Does America hate its children?

From gun violence to poor health care coverage, we allow corporate interests to systematically abuse our youth

Topics: RobertReich.org, Diabetes, Health Care, Sandy Hook Elementary School, Sandy Hook Shootings, Barack Obama,

Does America hate its children?Parents leave after being reunited with their children following a shooting at the Sandy Hook Elementary School in Newtown, Conn., Friday. (Credit: AP/Jessica Hill)
This originally appeared on Robert Reich's blog.

America’s children seem to be shortchanged on almost every issue we face as a society.

Not only are we failing to protect our children from deranged people wielding semi-automatic guns.

We’re not protecting them from poverty. The rate of child poverty keeps rising – even faster than the rate of adult poverty.

And we’re not protecting their health. Rates of child diabetes and asthma continue to climb.

If we go over the “fiscal cliff” without a budget deal, several programs focused on the well-being of children will be axed — education, child nutrition, school lunches, children’s health, Head Start.  Even if we avoid the cliff, any “grand bargain” to tame the deficit is likely to jeopardize them.

At the same time, states and localities have been slashing preschool and after-school programs, child care, family services, recreation, and mental-health services.

Why?

Conservatives want to blame parents for not doing their job. But this ignores politics.

The NRA, for example, is one of the most powerful lobbies in America – so powerful, in fact, that our leaders rarely have the courage even to utter the words “gun control.”

A few come forth after a massacre such as occurred in Connecticut to suggest that maybe we could make it slightly more difficult for the mentally ill to obtain assault weapons. But the gun lobby and gun manufacturers routinely count on America’s (and media’s) short attention span to prevent even modest reform.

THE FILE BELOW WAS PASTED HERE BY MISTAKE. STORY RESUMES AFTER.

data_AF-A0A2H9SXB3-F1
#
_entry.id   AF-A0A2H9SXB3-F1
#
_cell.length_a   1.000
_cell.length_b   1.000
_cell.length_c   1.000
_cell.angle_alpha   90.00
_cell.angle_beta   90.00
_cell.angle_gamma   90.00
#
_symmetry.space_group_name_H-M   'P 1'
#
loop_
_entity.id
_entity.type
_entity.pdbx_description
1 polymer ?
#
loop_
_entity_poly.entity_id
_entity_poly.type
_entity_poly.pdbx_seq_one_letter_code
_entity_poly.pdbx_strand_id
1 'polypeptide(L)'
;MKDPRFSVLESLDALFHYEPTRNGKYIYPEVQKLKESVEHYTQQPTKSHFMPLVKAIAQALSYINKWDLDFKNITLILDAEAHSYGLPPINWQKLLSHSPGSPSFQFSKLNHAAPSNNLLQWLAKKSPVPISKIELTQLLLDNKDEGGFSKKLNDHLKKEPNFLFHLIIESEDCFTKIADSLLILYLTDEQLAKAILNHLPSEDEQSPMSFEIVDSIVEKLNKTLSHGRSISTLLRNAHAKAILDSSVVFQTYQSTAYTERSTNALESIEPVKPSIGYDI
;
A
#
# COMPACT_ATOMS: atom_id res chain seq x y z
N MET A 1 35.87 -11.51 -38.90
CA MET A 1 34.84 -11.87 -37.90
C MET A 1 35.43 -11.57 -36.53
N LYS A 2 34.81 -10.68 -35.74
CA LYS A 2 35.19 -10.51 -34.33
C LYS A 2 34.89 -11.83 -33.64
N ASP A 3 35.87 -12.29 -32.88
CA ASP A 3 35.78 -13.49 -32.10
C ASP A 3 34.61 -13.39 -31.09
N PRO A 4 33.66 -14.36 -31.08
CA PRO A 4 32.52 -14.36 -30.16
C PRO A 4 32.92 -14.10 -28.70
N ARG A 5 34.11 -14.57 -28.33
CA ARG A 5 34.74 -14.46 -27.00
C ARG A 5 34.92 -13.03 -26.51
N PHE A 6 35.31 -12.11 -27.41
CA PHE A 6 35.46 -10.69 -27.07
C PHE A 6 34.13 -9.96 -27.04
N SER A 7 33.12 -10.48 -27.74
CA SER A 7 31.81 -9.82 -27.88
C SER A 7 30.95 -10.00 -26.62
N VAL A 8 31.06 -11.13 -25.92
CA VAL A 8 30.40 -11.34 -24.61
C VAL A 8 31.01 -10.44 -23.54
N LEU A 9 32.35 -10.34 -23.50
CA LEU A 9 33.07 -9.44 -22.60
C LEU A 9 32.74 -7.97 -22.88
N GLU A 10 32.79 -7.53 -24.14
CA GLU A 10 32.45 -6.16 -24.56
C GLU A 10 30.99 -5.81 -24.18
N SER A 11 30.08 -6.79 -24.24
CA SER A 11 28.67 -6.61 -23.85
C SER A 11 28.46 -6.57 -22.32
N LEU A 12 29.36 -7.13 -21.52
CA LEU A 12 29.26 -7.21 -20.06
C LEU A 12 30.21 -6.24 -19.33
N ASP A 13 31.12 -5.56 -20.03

The AARP is also among the most powerful lobbies, especially when it comes to preserving programs that benefit seniors.

We shouldn’t have to choose between our seniors and children — I’d rather focus on jobs and growth rather than deficit reduction, and sooner cut corporate welfare and defense spending than anything else. But the brute fact is America’s seniors have political clout that matters when spending is being cut, while children don’t.

At the same time, big corporations and the wealthy know how to get and keep tax cuts that are starving federal and state budgets of revenues needed to finance what our children need. Corporations systematically play off one state or city against another for tax concessions and subsidies to stay or move elsewhere, further shrinking revenues available for education, recreation, mental health, and family services.

Meanwhile, advertisers and marketers of junk foods and violent video games have the political heft to ward off regulations designed to protect children from their depredations. The result is an epidemic of childhood diabetes, as well as video mayhem that may harm young minds.



Most parents can’t protect their children from all this. They have all they can do to pay the bills. The median wage keeps falling (adjusted for inflation), benefits are evaporating, job security has disappeared, and even work hours are less predictable.

It seems as if every major interest has political clout – except children. They can’t vote. They don’t make major campaign donations. They can’t hire fleets of lobbyists.

Yet they’re America’s future.

Their parents and grandparents care, of course, as do many other private citizens. But we’re no match for the entrenched interests that dominate American politics.

Whether it’s fighting for reasonable gun regulation, child health and safety overall, or good schools and family services – we can’t have a fair fight as long as special-interest money continues to poison our politics.

Robert Reich, one of the nation’s leading experts on work and the economy, is Chancellor’s Professor of Public Policy at the Goldman School of Public Policy at the University of California at Berkeley. He has served in three national administrations, most recently as secretary of labor under President Bill Clinton. Time Magazine has named him one of the ten most effective cabinet secretaries of the last century. He has written 13 books, including his latest best-seller, “Aftershock: The Next Economy and America’s Future;” “The Work of Nations,” which has been translated into 22 languages; and his newest, an e-book, “Beyond Outrage.” His syndicated columns, television appearances, and public radio commentaries reach millions of people each week. He is also a founding editor of the American Prospect magazine, and Chairman of the citizen’s group Common Cause. His new movie "Inequality for All" is in Theaters. His widely-read blog can be found at www.robertreich.org.

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